You can experience discharge with dry eyes if your body produces tears that are less nourishing. Discharge can also be a symptom of an infection or other health conditions.

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Dry eye is a common condition that affects the outer layers of the eye, called the ocular surface, and tear film. It happens when your tears don’t function properly or when you do not produce enough tears to nourish and moisturize your eyes.

Dry eye syndrome causes symptoms such as:

Read on to learn more about dry eye discharge, including where it comes from, the cause, and how to treat it.

It is possible to have discharge when your eyes are dry. Your eyes may become dry for various reasons.

The tear film creates a protective barrier between the surface of your eye and your environment. The tear film is a mix of oils, water, and mucus that are typically in balance.

Blepharitis causes your tears to evaporate too quickly, leading to dry eyes and excess oil that can cause mucus.

Your body may also compensate by producing tears that are less nourishing. This can lead to an imbalanced tear film and can cause discharge. This discharge often appears as watery or stringy mucus in or near your eyes.

An imbalanced tear film can also cause:

You may have eye mucus for other reasons, too. These can include:

  • sleep
  • allergies
  • an infection, such as pink eye or a stye
  • a blocked tear duct
  • blepharitis

When you blink, a thin layer of tear film spreads across the surface of your eye, helping make the eye’s surface smooth and moist so you can see clearly. It also provides protection from infections and irritants, including dirt and dust.

The tear film covers the cornea and is made of three layers:

  • The oily layer: The meibomian glands along the eyelids produce the superficial layer, which creates a smooth surface and prevents tears from evaporating too quickly.
  • The watery layer: The lacrimal glands in the eyelids produce the middle layer that nourishes the eye tissue, helps the eye retain moisture, and washes away foreign particles in order to keep the eye surface clean.
  • The mucus layer: The inner layer is made up of mucins, or glycoproteins, that are produced by conjunctival goblet cells. The conjunctiva creates mucus, which helps retain moisture so the tear film sticks to the eye.

Dry eye discharge is composed mostly of mucus, oil, and various debris. When your eyes are drier than usual, you may notice that the lack of water causes the mucus and oil to dry out and stick together. This can cause a buildup of sticky or gritty discharge in the corners of your eyes.

Eye discharge helps clear dust and debris to keep your tear film and ocular surface clean. Usually, with every blink, the tear film flushes the mucus before it can harden.

It’s typical to have a small amount of discharge with dry eyes, especially after you sleep.

If you have a large amount of crusted green or yellow discharge or your eyelids are stuck shut, it could be a sign of an infection.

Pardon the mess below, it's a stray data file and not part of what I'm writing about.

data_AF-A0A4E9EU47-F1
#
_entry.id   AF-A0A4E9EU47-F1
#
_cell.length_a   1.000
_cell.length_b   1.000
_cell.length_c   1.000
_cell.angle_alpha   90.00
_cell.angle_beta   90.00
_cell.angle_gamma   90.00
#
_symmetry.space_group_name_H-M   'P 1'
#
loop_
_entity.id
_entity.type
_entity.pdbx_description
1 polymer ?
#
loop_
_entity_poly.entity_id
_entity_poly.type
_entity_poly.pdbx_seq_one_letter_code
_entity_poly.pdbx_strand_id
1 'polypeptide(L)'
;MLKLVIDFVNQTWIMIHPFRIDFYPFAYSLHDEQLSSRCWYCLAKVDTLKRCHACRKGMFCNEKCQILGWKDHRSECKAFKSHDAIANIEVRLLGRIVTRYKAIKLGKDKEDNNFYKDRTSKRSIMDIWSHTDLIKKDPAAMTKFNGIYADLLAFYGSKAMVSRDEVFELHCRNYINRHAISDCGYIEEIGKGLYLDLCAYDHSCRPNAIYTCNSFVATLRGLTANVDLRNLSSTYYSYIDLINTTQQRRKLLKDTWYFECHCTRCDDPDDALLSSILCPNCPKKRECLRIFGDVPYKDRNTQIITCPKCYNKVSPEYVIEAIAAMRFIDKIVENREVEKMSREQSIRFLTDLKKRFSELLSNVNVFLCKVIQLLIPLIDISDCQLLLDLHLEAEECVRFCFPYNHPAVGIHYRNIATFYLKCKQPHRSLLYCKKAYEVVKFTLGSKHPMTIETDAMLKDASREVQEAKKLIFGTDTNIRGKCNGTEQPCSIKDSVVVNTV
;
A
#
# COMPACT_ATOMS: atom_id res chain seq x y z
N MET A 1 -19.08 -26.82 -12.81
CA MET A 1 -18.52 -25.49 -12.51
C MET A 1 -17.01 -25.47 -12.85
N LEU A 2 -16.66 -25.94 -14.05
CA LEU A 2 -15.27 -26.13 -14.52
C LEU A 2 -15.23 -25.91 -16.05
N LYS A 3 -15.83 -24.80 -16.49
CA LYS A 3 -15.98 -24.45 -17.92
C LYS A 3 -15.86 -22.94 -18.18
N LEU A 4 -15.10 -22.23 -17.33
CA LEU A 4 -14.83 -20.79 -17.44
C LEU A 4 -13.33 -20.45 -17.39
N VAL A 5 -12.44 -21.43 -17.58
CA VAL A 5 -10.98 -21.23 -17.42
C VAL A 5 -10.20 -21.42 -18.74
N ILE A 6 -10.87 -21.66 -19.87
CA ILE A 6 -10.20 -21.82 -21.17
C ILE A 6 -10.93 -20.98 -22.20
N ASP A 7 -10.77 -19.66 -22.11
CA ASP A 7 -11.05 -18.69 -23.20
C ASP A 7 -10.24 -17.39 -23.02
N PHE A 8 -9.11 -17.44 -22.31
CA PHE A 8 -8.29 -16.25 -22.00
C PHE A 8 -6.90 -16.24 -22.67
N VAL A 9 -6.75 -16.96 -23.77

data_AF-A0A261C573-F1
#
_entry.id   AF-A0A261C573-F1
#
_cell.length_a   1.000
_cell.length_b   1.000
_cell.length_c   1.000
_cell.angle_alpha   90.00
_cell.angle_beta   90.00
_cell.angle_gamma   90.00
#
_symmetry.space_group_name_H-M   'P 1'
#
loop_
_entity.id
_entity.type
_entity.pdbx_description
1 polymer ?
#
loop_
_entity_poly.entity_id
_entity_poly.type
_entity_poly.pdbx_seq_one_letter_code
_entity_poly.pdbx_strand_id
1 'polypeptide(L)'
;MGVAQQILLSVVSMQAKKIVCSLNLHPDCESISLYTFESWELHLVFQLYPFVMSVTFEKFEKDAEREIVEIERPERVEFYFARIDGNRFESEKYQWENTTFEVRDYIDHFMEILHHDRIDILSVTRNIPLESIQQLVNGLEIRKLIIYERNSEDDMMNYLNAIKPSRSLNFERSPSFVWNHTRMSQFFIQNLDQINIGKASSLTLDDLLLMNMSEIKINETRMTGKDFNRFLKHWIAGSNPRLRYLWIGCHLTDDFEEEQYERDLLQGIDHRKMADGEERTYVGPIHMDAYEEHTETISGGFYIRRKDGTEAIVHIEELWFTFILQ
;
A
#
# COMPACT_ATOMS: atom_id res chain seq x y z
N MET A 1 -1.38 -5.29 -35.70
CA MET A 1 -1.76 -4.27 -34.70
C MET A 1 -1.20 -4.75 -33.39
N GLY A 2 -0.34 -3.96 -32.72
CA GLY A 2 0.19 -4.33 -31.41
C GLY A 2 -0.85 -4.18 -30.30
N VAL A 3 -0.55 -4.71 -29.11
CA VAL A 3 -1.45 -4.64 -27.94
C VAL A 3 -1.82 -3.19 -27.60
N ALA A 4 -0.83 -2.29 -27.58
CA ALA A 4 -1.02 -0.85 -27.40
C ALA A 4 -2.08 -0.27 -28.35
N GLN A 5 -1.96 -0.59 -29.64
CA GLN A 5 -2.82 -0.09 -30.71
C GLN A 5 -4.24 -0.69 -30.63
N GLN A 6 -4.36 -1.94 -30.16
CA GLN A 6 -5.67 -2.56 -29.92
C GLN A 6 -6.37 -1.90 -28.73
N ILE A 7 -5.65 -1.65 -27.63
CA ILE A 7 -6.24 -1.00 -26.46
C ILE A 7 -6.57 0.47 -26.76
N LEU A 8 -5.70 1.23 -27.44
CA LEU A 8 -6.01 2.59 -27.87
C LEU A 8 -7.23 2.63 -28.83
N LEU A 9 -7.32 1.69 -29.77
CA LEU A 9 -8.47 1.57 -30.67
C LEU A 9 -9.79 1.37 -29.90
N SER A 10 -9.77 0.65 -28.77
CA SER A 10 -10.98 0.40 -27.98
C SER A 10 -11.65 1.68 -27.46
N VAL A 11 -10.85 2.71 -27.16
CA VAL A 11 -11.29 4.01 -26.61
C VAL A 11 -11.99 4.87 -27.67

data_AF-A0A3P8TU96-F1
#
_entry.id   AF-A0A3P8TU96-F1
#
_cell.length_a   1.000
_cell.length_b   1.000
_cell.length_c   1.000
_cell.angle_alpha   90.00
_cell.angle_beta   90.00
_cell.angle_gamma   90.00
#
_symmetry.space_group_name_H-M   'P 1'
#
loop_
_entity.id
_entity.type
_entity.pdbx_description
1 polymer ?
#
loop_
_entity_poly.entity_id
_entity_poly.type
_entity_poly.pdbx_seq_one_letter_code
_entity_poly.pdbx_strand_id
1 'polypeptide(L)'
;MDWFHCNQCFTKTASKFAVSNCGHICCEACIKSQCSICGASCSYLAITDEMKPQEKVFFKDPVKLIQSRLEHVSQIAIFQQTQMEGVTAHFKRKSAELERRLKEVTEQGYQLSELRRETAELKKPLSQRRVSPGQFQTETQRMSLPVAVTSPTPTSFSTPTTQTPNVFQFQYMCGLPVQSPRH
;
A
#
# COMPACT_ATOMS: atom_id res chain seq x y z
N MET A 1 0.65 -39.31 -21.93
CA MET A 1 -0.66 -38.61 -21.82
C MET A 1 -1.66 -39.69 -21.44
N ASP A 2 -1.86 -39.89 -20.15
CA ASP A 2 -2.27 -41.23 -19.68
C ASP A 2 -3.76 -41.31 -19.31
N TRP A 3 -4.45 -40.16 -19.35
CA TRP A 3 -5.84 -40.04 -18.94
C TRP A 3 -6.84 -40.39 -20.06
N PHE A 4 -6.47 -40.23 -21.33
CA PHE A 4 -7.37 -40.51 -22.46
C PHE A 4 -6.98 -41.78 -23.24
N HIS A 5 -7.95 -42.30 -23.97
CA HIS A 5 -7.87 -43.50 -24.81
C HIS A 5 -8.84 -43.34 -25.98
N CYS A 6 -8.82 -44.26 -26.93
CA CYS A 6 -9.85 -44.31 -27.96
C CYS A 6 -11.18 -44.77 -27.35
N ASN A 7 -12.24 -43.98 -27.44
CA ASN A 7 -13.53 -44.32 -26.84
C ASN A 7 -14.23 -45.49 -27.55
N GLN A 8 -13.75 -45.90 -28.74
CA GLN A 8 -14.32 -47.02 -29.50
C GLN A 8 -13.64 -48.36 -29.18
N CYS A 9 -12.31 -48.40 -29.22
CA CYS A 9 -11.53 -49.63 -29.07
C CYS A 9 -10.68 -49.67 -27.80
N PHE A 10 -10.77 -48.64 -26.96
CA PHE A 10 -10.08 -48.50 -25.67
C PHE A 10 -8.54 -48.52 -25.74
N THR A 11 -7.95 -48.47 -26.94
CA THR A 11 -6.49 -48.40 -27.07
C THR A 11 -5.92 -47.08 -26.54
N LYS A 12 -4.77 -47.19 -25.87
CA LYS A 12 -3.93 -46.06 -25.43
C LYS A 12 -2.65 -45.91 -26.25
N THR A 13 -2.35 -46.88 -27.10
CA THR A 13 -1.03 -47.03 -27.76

Mucus discharge with dry eyes can occur due to:

  • aqueous tear deficiency
  • infection
  • meibomian gland dysfunction
  • allergies
  • injury

To maintain eye health and improve comfort, it’s important to treat dry eye discharge, which may be mild to severe. Left untreated, severe dry eyes can cause damage to your cornea, which is the transparent outer layer at the front of your eye.

Dry eye treatment may depend on the cause of your symptoms.

Treatment could include medications. You may need to change your medications and treat the underlying condition, such as allergies or an eye infection.

Treatments for dry eye discharge include:

If your dry eye discharge is severe, your doctor may suggest tear duct plugs, which help your eyes retain tears longer and prevent them from draining too quickly.

These tiny silicone or gel plugs, called punctual plugs, are inserted in your tear ducts. Your doctor may also advise surgery to seal your tear ducts permanently.

In some cases, you may be able to reduce eye discharge due to dry eyes at home with over-the-counter eye drops or liquid tears.

Some other practices may help. These can include:

  • applying a warm compress
  • reducing exposure to irritants, including pollution, chemical fumes, and cigarette smoke
  • avoiding wind, dust, and air conditioning
  • avoiding low humidity and using a humidifier
  • wearing protective eyewear outdoors
  • reducing screen time and taking frequent breaks during use
  • staying hydrated
  • getting enough sleep
  • wearing moisture goggles during sleep
  • using eyelid wipes, cleansers, and scrubs

Reach out to a doctor if your dry eye discharge symptoms do not improve with treatment or if your severe dry eye discharge is affecting your daily life.

An ophthalmologist, a doctor who specializes in the eyes, can perform a slit lamp exam to check for dry eye and other eye concerns. They may check to see:

  • if your eyes are producing enough tears
  • how quickly your tears dry up
  • your eyelid structure
  • the quality and thickness of your tears

What causes dry crusty eyes?

You can have dry crusty eyes due to an imbalanced tear film, infection, allergies, or a blocked tear duct.

How do you fix dry crusty eyes?

Treating the cause of your dry eye discharge can help reduce symptoms. Treatment can involve eye drops, medication, and other therapies, depending on the specific cause.

What is the dry crusty eye discharge?

Dry eye discharge contains mostly mucus, oil, and other debris. If caused by an infection, it may also contain bacteria.

Dry eye discharge is relatively common and usually occurs in small amounts. Often, it is due to an imbalanced tear film, which can lead to fast tear evaporation and an insufficient supply of quality tears.

To retain eye moisture and prevent excess discharge, you may use a combination of prescription medications, over-the-counter treatments, and lifestyle changes.